Archive | July, 2013

So long, old girl.

carsale

Some progress to report: today I sold my car. It’s something I’ve been meaning to do for a long time, especially since I moved into my current apartment, which is only 3 blocks from my office at Brown. The vehicle was good to me for years, facilitating trips to the beach, visits with family, and co-op stock ups. But now that it’s gone I feel a tremendous weight lifted as I am no longer financially responsible for maintenance, repairs, insurance, car taxes, registration, and of course fuel. Oh, and parking tickets. All that has been transferred to a very nice man from Cranston. He bought the car for his daughter who, as he brags, just graduated from high school at the top of her class.

I’m left with my feet and my bike, which are more than sufficient modes of transportation for the remainder of the summer here in Providence and is certainly all I’ll need once I move to NYC. It’s a lovely season for the extra exercise. Now that I’ve sold the car I can justify tricking out my bike. Just kidding. But I am going to invest in a nice saddle. My friend who built the bike up for me chose my current saddle. Much of my ride was assembled with components he had lying around the shop he works in, which was a fantastic money saver and I’m pleased he was able to repurpose so many used parts. But unfortunately my overstuffed gel seat is starting to deteriorate and ooze sticky synthetic material onto my backside while I’m riding, especially on super hot days. It’s not a good look. So I’ve begun searching online (mostly craigslist and ebay) for a lightly used leather saddle. There seems to be a pretty good inventory out there.

Little by little, the pieces required for my transition are starting to fall into place, and I grow more excited as my first day of class draws nearer.

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Circulation

movingsale

It’s been nearly three weeks since my last post. My longest update lapse since I started blogging in October 2011. There are lots of changes taking place in my life right now and I’ve been taking time to wrap up chapters and plan for the adventures ahead. I’ve decided to go back to school to study sustainable design and waste management. So I am stepping down from my wonderful position as a film archivist at Brown University, and moving out of my beautiful 230-something year-old Providence apartment to get after graduate studies in New York City. It’s a bittersweet departure for me. I’ve loved my time in this little city and when I think about leaving, it’s easy to get sentimental about the relationships I’ve forged, and the fantastic projects I’ve been a part of. Leaving my job, home, and friends in the twilight of my twenties to become a full-time student again is a bit nerve-racking, but the idea of staying still, unchallenged and unchanging, troubles me more than the idea of taking risks.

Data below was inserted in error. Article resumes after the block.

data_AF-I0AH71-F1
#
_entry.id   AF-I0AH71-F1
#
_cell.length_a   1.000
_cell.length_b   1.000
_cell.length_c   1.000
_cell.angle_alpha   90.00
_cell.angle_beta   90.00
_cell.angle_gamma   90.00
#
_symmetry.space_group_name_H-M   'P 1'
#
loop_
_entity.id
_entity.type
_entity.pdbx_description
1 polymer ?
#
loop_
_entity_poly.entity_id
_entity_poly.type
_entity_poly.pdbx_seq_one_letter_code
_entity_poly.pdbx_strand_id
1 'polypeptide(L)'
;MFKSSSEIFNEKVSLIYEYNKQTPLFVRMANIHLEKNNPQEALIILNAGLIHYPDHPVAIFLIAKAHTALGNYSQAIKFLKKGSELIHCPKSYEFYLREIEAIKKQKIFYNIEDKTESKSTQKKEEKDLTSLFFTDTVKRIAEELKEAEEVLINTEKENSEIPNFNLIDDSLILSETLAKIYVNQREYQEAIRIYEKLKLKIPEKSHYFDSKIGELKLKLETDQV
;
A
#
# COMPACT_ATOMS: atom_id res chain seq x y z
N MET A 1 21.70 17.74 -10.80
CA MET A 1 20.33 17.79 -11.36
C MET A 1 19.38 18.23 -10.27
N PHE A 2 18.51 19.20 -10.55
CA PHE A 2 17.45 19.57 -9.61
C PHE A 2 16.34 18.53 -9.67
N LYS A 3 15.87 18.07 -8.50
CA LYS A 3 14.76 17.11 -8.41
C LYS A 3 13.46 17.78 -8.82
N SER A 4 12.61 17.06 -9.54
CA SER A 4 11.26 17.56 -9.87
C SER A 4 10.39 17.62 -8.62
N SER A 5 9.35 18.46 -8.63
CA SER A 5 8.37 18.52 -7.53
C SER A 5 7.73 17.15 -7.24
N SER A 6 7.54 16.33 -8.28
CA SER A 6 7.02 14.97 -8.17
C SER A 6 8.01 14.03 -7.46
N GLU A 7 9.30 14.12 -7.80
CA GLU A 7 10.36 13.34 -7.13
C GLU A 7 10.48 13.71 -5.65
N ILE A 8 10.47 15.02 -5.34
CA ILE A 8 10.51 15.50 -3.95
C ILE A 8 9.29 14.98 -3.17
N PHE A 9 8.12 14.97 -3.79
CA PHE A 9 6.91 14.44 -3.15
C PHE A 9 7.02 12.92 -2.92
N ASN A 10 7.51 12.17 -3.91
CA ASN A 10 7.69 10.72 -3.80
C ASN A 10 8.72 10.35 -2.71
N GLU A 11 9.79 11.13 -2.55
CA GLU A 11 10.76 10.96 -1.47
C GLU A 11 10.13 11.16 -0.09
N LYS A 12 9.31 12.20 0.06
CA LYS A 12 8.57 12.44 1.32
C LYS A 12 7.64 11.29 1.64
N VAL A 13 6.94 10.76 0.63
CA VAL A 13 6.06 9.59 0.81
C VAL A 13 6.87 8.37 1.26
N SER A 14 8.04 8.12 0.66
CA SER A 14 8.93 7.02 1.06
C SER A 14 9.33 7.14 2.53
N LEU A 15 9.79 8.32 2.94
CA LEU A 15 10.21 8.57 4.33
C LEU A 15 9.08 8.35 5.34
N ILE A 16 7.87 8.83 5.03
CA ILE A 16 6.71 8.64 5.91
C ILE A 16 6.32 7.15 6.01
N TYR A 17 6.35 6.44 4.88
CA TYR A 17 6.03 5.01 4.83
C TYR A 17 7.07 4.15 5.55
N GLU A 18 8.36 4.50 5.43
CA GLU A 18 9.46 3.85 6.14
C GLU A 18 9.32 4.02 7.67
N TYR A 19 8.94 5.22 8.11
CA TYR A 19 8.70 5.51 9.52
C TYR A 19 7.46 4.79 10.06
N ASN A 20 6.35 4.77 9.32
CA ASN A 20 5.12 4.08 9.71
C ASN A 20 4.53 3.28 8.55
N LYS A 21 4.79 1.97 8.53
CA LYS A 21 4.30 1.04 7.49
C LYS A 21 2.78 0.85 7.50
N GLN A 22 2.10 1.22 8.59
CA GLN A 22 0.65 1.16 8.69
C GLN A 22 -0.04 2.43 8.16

I’m excited to engage in new modes of thinking in the company of faculty and fellow students. I hope to work to carve out initiatives that can change patterns of behavior that lead to waste—particularly food and packaging waste. I’m looking forward to the challenge of taking my No Trash Project to New York, a city that moves at the speed of convenience, where disposables spatter daily life at an astonishing rate. Here in Providence, I’ve hit my stride with this project and I’m quite comfortable in my routine. I know that certain Zero Waste practices (like composting food scraps) may prove more difficult in the big city, but if there is one thing I’ve learned about myself over the past 26 months, it’s that I can be very determined and resourceful. Luckily, there’s no shortage of resources in NYC, so I know for sure that I will be able to find vendors who stock package-free goods. Actually, I’ve already begun researching trash-free grocery sources and I now have a growing list of businesses to visit once I’m down there.

Meanwhile, there’s plenty to do in the coming weeks. I need to finish work projects, sell my car, pare down my belongings further, find a place to live in Brooklyn, and move. It’s a lot but I’m making progress. As a Rhode Island School of Design alum, I have the privilege of holding tag sales on campus. Foot and vehicle traffic is pretty busy at the permitted locations. In the past, when I timed it right, I have managed to do pretty well there. So I’ve been combing through my cupboards, bookshelves, dresser drawers, and closets pulling objects for the pile. Faced with the question, “Do I really want to move this thing?” decisions about what to keep and what to put back into circulation become clear. I will donate whatever I’m unable to sell.

I’d love to pledge to reestablish my regular posting routine, but that may be an unrealistic commitment at this time. However, I will say that sharing my trials and triumphs on this blog has been one of my favorite aspects of the project. It’s been rewarding as a journaling exercise but even more so as a means of communication with people around the world. I am habitually snapping photos of all things trashy and trash-free, writing posts in my head. Making the time to actually compose them has been tricky lately but I intend to continue share as much as possible. Besides there’s so much uncharted territory ahead (no trash moving, for instance) that I think is worthy of the humble NTP spotlight. So to those readers who are still with me: Many, many thanks. You motivate me to get busy chasing my dreams.

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